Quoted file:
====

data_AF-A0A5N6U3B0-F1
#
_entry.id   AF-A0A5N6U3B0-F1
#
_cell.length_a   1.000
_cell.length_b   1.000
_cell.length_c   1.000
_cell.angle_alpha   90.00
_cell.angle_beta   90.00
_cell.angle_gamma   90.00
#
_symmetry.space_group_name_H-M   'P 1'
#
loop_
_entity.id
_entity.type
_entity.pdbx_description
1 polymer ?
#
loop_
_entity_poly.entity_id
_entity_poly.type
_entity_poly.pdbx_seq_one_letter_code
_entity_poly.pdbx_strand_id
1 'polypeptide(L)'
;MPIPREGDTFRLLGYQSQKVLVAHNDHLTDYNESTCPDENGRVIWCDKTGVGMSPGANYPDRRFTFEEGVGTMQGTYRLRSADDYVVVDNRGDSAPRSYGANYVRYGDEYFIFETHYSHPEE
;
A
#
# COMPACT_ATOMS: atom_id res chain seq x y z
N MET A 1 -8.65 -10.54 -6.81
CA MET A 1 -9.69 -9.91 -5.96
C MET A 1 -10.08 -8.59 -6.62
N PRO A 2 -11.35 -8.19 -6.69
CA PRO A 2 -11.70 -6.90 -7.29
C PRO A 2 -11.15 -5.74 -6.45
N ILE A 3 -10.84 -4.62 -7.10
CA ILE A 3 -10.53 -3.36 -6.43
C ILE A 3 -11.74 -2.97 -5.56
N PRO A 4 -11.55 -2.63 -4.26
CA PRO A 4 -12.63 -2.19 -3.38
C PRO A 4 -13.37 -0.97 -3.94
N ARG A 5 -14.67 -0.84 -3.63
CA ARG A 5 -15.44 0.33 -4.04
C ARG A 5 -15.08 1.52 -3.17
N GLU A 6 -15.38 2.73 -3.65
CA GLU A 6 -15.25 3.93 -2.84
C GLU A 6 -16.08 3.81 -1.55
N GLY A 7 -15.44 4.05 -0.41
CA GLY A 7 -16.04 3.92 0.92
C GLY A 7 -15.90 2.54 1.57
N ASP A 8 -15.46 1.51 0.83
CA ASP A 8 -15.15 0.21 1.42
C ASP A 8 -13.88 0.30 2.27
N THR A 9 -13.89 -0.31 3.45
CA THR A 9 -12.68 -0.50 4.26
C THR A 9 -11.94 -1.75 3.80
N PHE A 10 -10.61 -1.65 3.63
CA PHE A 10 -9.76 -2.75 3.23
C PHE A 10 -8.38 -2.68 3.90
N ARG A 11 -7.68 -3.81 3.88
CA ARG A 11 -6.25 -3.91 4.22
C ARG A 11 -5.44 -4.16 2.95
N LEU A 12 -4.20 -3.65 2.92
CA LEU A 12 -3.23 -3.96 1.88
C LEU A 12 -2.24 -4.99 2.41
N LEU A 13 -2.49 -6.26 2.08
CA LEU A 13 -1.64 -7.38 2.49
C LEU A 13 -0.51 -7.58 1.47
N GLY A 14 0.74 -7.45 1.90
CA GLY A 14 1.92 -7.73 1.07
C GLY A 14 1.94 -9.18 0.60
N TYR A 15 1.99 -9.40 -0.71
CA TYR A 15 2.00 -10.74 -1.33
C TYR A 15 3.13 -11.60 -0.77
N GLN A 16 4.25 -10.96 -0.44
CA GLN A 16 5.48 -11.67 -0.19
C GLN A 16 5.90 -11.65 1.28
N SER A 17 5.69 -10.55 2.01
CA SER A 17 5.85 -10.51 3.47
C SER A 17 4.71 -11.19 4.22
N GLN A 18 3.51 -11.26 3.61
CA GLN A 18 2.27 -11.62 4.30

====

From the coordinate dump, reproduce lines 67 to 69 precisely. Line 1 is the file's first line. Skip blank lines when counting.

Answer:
N LEU A 13 -2.49 -6.26 2.08
CA LEU A 13 -1.64 -7.38 2.49
C LEU A 13 -0.51 -7.58 1.47